Forbes has set the art world talking with the provocative prediction that a work by the late Jean-Michel Basquiat will eventually fetch $100 million. I have no idea. But this is a great time to look at the irrepressible artist who began in the punk graffiti scene as SAMO, collaborated with Andy Warhol and entered the celebrity stratosphere. He died at 27 of a heroin overdose in 1988 after 1,000 paintings & 2,000 drawings. (Above: Aboriginal)
His works pronounced on social themes from integration to poverty, using what is sometimes called street-naif style. It blends text and image – poetry, drawing, painting, social commentary – in vivid imagery laced with passion.
Jim Crow, crayon on wood, 1986
Basquiat & Andy Warhol – Olympic Rings, 1985, from Gagosian Gallery
Eroica II, acrylic, pencil, crayon on linen, 1988
Black Tar & Feathers, acrylic, crayon and spray paint, 1982.
Installation view of Basquiat exhibition at the Musée d’Art moderne de Paris
Skull, acrylic & crayon, 1981. Basquiat was a precocious child, and at the age of 7, his mother gave him a copy of Gray’s Anatomy, which he later used as a reference for his masterful and deconstructed figures. -Wiki Paintings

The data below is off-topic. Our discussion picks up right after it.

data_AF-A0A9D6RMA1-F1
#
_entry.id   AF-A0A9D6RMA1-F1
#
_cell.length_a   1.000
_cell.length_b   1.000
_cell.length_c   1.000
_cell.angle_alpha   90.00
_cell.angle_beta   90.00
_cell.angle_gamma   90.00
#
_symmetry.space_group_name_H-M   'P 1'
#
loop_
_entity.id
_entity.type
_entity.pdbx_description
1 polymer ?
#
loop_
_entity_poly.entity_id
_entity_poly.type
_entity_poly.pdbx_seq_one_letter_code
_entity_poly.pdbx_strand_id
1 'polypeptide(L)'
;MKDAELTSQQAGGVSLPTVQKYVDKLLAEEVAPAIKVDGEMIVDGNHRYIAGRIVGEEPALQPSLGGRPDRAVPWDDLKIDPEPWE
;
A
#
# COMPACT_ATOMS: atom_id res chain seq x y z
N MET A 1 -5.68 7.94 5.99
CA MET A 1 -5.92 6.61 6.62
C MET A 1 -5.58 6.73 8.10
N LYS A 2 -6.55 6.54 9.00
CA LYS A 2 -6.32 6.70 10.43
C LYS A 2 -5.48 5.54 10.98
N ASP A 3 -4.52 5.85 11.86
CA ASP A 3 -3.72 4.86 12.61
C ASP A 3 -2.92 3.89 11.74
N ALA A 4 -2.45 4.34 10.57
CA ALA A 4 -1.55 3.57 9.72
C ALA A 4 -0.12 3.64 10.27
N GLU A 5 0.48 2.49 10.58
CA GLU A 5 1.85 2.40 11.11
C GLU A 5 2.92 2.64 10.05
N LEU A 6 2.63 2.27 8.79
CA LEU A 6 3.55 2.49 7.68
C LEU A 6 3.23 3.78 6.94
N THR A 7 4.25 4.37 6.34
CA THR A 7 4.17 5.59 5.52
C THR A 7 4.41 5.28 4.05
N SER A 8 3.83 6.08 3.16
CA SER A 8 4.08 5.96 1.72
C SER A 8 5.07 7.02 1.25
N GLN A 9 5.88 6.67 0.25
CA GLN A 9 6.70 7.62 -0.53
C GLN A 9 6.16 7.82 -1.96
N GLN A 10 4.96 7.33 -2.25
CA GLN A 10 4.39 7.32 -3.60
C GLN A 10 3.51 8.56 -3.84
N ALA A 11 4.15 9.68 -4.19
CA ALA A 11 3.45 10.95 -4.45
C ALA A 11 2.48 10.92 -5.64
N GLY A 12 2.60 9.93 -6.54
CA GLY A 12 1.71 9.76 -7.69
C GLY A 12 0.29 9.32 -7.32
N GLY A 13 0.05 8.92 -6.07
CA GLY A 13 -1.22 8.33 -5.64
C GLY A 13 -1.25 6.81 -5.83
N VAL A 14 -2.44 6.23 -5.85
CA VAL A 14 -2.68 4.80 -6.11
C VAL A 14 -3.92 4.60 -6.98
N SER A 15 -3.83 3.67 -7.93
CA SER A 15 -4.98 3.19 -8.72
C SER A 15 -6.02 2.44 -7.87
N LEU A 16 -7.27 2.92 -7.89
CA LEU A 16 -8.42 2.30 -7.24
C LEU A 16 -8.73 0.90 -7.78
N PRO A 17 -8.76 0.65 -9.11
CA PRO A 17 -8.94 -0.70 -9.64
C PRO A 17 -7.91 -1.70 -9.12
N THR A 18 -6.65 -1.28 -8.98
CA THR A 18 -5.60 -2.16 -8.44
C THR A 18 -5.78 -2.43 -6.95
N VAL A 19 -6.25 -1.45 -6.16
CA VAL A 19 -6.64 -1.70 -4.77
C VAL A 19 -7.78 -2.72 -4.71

Piscine versus The Best Hotels, collage, crayon on canvas, 1982
Dos Cabezas, acrylic & crayon on canvas, 1982. Just to show the power of Basquiat, take a look at this provenance tract for the Dos Cabezas work, from Christie’s. This is the historic painting that resulted from Basquiat’s first meeting with his idol, Andy Warhol. Basquiat painted Dos Cabezas, a double portrait showing Warhol next to Basquiat, within only hours of meeting the king of pop art and had it delivered, still wet.
Basquiat estate website, here.
Excellent Wiki Paintings site, here.
- All images from Wiki Paintings, unless otherwise noted in the cutline. Click on an image to go to a detailed view.